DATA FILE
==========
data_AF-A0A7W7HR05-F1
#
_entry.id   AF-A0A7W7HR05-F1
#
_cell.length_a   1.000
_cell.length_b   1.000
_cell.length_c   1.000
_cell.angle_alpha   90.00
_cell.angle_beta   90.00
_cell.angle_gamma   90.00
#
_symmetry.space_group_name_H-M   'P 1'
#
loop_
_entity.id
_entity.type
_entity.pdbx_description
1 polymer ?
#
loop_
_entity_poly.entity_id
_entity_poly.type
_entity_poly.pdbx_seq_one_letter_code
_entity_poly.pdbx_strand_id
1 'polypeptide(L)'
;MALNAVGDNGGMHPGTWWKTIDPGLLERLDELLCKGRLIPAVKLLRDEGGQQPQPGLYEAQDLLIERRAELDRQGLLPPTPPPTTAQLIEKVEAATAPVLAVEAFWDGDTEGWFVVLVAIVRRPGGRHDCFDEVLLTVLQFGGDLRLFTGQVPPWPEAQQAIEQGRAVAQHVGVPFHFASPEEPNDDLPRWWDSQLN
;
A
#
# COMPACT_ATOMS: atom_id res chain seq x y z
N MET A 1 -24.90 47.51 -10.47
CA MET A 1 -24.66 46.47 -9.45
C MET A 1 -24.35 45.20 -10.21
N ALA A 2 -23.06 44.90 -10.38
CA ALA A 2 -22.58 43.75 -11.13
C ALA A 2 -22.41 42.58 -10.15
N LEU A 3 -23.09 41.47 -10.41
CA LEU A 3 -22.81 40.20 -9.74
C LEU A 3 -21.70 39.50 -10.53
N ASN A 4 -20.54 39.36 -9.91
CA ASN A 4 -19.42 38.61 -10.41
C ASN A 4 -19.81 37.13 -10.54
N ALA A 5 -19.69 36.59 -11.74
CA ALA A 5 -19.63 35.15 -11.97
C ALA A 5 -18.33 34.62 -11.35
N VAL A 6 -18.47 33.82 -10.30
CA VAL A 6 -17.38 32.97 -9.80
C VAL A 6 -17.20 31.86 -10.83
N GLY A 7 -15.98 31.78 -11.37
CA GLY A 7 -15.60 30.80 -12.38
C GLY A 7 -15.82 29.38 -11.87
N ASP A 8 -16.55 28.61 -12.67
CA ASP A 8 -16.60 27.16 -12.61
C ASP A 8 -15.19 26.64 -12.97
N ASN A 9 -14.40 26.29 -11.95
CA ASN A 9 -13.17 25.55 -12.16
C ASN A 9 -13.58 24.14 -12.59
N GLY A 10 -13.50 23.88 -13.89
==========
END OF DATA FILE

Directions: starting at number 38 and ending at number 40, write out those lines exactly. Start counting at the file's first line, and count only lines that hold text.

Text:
CA LEU A 3 -22.81 40.20 -9.74
C LEU A 3 -21.70 39.50 -10.53
N ASN A 4 -20.54 39.36 -9.91